Once an important part of our industrial transport infrastructure, much of the Cromford Canal is now a nature reserve, rich in wildlife including dragonflies, birds and water voles. You can walk along the old canal tow path on the five mile stretch through the Derwent Valley between Ambergate and Cromford passing through the village of Whatstandwell. This place is full of happy childhood memories of being excited upon spotting tadpoles in the water and colourful damselflies darting amongst the grasses on the banks.
There is a rail and bus service which operates between the three villages, so you can walk all, or just a section of the path and then get the train or bus back.
Much of the Ambergate to Whatstandwell end of the path is occupied by the nature reserve, but at the other end of the trail towards Cromford is where the industrial revolution was all started...
Industrial artefacts of the trail’s former life can be spotted most of the way along the route until you’re confronted by the imposing structure of the Leawood Pumphouse built in 1849 to pump water from the River Derwent into Cromford Canal. It has been maintained in pristine working condition thanks to the dedication of the Middleton Top and Leawood Pump Volunteer Group. Visitors can experience the power of this great steam engine as it pumps four tons of water into the canal with each piston stroke with regular steaming dates throughout the year from Easter until October.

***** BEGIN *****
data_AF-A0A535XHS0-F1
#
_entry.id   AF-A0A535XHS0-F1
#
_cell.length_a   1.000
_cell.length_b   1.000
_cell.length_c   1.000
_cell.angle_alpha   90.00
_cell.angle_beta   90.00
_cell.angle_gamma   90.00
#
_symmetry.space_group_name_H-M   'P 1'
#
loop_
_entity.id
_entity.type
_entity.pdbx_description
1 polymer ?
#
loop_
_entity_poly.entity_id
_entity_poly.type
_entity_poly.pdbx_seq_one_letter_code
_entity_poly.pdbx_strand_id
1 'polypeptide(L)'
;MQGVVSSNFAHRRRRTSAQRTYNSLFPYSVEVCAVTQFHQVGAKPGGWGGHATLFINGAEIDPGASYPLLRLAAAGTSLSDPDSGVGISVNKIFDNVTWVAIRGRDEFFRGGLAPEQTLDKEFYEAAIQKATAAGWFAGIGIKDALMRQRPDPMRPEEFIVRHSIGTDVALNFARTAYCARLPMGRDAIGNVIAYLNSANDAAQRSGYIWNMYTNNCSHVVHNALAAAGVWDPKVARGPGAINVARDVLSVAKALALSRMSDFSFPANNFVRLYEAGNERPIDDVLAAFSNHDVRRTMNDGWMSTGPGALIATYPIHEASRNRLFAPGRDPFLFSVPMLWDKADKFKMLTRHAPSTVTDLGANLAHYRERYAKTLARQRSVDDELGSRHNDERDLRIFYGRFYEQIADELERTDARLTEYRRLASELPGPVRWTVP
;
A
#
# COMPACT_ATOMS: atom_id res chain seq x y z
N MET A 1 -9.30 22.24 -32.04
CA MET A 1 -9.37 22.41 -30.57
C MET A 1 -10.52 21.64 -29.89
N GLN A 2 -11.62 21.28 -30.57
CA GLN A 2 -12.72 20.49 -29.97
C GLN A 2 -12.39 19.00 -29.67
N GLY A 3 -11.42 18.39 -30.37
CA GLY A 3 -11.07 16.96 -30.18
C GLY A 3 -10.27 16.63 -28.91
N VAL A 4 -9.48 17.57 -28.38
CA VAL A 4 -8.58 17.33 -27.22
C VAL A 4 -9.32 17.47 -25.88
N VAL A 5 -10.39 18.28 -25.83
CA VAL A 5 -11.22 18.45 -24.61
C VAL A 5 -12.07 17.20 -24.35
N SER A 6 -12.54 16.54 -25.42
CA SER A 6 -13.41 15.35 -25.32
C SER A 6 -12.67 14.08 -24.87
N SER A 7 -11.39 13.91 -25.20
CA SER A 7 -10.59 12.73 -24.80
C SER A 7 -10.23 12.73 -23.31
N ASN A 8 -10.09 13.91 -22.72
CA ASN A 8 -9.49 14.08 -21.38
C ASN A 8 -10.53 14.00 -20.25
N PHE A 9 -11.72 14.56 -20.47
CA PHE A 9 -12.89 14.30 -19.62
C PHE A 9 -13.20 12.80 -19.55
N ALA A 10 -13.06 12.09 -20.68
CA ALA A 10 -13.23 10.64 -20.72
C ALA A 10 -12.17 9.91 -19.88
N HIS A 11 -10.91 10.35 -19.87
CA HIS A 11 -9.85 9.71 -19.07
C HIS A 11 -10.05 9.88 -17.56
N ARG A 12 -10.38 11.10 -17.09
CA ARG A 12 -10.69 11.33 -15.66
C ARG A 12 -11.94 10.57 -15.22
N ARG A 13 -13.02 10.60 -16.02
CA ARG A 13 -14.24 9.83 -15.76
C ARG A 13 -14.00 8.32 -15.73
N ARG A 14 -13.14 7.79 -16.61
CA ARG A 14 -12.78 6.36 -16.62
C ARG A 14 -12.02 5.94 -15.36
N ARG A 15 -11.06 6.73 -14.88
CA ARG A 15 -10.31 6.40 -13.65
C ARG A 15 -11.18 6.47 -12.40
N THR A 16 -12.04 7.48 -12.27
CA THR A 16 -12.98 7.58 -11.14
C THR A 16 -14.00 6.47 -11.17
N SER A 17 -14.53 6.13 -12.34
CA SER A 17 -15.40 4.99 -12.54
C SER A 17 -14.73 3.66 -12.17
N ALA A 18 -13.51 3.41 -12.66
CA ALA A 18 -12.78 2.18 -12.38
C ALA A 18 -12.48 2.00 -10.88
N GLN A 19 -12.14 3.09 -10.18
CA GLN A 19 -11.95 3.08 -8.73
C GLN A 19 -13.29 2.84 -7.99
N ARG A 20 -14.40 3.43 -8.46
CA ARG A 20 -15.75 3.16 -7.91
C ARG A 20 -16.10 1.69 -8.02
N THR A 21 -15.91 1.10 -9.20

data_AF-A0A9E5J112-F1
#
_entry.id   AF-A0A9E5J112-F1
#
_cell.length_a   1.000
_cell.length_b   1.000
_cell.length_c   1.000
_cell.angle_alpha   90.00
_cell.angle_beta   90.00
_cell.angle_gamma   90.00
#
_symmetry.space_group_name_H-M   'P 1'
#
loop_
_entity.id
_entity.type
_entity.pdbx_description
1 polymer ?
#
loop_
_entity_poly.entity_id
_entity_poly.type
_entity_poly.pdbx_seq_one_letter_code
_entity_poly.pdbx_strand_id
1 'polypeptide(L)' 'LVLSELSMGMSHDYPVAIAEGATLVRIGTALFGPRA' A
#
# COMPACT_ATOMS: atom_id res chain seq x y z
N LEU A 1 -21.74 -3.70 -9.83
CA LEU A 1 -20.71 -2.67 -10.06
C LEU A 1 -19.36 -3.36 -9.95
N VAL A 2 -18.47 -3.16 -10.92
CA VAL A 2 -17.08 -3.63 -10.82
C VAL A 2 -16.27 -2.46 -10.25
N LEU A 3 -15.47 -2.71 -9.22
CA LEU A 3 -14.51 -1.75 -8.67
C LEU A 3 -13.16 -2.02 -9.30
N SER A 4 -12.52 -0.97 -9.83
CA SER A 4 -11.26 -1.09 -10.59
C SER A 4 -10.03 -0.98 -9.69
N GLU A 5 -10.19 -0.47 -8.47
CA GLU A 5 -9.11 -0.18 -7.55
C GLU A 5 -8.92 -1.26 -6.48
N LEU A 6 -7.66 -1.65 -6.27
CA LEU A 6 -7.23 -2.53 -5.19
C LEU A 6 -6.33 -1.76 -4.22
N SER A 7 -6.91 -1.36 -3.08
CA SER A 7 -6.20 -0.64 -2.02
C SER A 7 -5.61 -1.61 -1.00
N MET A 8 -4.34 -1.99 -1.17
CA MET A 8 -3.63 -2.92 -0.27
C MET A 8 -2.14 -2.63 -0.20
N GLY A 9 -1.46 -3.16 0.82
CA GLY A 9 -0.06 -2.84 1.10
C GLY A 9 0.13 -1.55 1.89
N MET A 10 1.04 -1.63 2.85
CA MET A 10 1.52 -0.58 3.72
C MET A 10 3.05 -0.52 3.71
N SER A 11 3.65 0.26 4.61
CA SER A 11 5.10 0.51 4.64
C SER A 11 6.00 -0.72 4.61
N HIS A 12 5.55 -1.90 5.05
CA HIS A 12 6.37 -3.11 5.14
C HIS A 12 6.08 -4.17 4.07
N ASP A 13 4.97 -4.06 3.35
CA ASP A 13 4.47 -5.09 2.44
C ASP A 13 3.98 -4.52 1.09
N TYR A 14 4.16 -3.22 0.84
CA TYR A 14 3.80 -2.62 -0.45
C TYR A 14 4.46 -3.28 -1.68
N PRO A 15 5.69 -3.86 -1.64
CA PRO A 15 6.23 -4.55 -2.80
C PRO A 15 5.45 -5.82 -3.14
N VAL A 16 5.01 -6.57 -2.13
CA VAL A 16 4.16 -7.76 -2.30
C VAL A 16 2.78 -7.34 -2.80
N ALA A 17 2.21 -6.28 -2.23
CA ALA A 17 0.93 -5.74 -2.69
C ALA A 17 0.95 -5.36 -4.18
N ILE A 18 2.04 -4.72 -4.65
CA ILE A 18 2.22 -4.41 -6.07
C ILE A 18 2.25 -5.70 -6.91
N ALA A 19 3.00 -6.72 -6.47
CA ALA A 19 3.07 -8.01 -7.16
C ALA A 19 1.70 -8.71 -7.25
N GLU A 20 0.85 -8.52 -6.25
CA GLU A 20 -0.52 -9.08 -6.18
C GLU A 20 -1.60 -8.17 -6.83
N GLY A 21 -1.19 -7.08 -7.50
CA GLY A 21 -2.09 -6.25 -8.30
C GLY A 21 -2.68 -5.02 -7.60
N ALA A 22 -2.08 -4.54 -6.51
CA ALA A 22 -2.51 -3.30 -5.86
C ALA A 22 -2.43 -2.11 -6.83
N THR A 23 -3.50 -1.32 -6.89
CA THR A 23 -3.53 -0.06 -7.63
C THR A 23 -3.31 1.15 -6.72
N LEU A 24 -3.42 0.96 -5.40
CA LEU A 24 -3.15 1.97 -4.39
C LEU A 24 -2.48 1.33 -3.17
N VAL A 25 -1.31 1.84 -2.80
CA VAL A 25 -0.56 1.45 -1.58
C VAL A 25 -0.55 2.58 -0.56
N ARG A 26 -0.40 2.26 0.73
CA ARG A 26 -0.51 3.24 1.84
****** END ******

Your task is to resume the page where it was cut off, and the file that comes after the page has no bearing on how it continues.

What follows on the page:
On the opposite side of the canal is High Peak Junction where train carriages used to be hauled up hill to Middleton Top Engine House. Using the power of steam, the engine raised and lowered wagons on the Middleton Incline of the Cromford and High Peak Railway. You can leave the Cromford Canal here and head up the incline to join the High Peak Trail which eventually brings you to just outside of Buxton (at 17.5 miles it’s a bit more than a detour though).
Stick with the Cromford Canal though and you’re almost at the end as a short walk from High Peak Junction comes the end of the canal at Cromford Wharf and the home of World Heritage site, Cromford Mill part of the wider Derwent Valley Mills complex stretching all the way from Derby.
Cromford is forever associated with Sir Richard Arkwright as the birthplace of the Industrial Revolution. Arkwright built the world’s first water powered cotton mills here and pioneered the factory system- you can now go and see the Arkwright Experience at Cromford Mill where a projected version of the mill owner takes you on a virtual tour of his busy mill!
With the walk complete, you'll find yourself on the doorstep of Matlock Bath all the attractions on offer from Gulliver’s Kingdom, the Heights of Abraham and quality shopping in another gem of yesteryear at Masson Mills.
For those up to the challenge it’s worth noting that the path you have walked so far forms part of the Derwent Valley Heritage Way which you can continue on all the way to the Upper Derwent Reservoir.
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